136 F.3d 417
UNITED STATES of America, Plaintiff-Appellee,
T. Windle DYER, Defendant-Appellant.
United States Court of Appeals,
Feb. 27, 1998.
Harry W. McSherry, New Orleans, LA, Stephen A. Higginson, Asst. U.S. Atty., New Orleans, LA, for Plaintiff-Appellee.
Arthur A. Lemann, III, Arthur Anthony Lemann, IV, Arthur Lemann III and Associates, New Orleans, LA, for Defendant-Appellant.
Appeal from the United States District Court for the Eastern District of Louisiana.
Before GARWOOD, DUHE and DeMOSS, Circuit Judges.
GARWOOD, Circuit Judge:
Defendant-appellant T. Windle Dyer (Dyer) appeals the district court's denial of his petition for a writ of coram nobis, challenging his 1984 guilty plea conviction for mail fraud contrary to 18 U.S.C. § 1341. We affirm.
Facts and Proceedings Below
On December 2, 1982, a federal grand jury returned a one-count indictment charging Dyer with extortion under the Hobbs Act, 18 U.S.C. § 1951. The indictment alleged that Dyer had extorted a payment of $25,000 as well as a financing commitment from a local real estate developer and banker. According to the indictment, Dyer had induced the unnamed victim to make a $25,000 payment and to provide a letter of commitment to finance "Algiers Point," a development project proposed by Dyer. The indictment further alleged that this had been done "by the wrongful use of fear of economic loss and under color of official right." The gist of the alleged extortion was that Dyer used his position on the New Orleans City Planning Commission, as well as his purported influence with certain members of the New Orleans City Council, to extort money and a letter of commitment for Algiers Point by threatening to cause the City Council to reverse approval of the La Maison Charles project. Although the victim was not referred to by name in the indictment, the evidence before the grand jury reflected that Guy Olano (Olano), the developer behind the La Maison Charles project and chairman of the board at a local bank, was the alleged victim of Dyer's extortion.
In April of 1982, Olano and his partners had petitioned the City Council for a conditional zoning ordinance amendment to allow construction of the La Maison Charles timeshare project in New Orleans. After a public hearing on the matter, the Planning Commission unanimously voted at a meeting held on June 16, 1982, not to recommend Olano's proposal to the City Council. The June 16 vote occurred shortly before Dyer became a City Planning Commissioner. Soon thereafter, Dyer and Olano became acquainted and began negotiations regarding Olano's possible participation in the Algiers Point project, for which Dyer sought financing.
On July 21, 1982, Dyer attended his first Planning Commission meeting in his official capacity. At this meeting, the Commission reconsidered the La Maison Charles proposal and, with Dyer voting, reversed its earlier decision and resolved to favorably recommend the proposal to the City Council. On August 5, 1982, the proposal was brought before the City Council, which approved it.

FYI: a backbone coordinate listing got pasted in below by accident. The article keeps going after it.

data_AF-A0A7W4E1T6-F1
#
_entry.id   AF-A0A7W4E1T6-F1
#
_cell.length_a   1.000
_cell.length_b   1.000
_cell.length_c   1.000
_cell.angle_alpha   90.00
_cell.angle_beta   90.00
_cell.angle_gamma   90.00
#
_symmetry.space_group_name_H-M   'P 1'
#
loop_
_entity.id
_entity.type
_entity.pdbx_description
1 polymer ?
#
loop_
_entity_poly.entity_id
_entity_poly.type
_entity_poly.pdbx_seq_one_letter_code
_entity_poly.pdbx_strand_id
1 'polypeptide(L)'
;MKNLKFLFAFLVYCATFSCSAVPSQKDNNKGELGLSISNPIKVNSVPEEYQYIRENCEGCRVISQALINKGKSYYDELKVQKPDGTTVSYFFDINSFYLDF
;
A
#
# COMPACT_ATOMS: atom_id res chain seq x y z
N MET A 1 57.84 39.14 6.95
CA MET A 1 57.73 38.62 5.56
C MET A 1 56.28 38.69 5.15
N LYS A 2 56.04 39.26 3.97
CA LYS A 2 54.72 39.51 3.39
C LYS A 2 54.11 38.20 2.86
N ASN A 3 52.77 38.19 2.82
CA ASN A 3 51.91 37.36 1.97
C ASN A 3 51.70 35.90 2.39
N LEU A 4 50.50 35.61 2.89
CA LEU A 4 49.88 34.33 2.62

During this time, Dyer repeatedly told Olano that he had used his influence (and vote) as a City Planning Commissioner to assist passage of the La Maison Charles proposal. He also claimed to have used his influence to ensure a favorable vote in the City Council, and to have expended approximately $25,000 in doing so. Additionally, Dyer continued to negotiate with Olano, seeking to obtain financing from Olano that would allow him to buy out his current partner in the Algiers Point project, Charles Wall.1
In the ensuing months, Dyer allegedly began to demand "reimbursement" from Olano for the $25,000 that he claimed to have spent in influencing the votes on the La Maison Charles proposal. Dyer also allegedly began to pressure Olano to enter into a final agreement regarding the financing for his Algiers Point project. On November 2, 1982, Olano executed a letter of commitment for financing the Algiers Point project. The financing agreement anticipated the payment of an annual "management fee" to Dyer of $100,000. Dyer claimed that the $25,000 reimbursement that he requested was solely for the "out-of-pocket" expenses he had actually incurred in "lobbying" for approval of Olano's La Maison Charles project. Dyer also told Olano that he did not need any additional cash for himself, stating that Olano could "take care of him" both by means of the $100,000 management fee that was part of the financing deal for Algiers Point and by providing the financing itself.
In early November of 1982, Olano began cooperating with the FBI. Olano told law enforcement agents that Dyer was requesting substantial sums of money, purportedly to affect the outcome of votes both in the Planning Commission and in the City Council. The FBI began investigating Dyer, suspecting widespread corruption among New Orleans city officials. They came to believe that, in addition to accepting bribes in exchange for his own votes and political influence, Dyer might also be acting as a "bag man" on behalf of local politicians.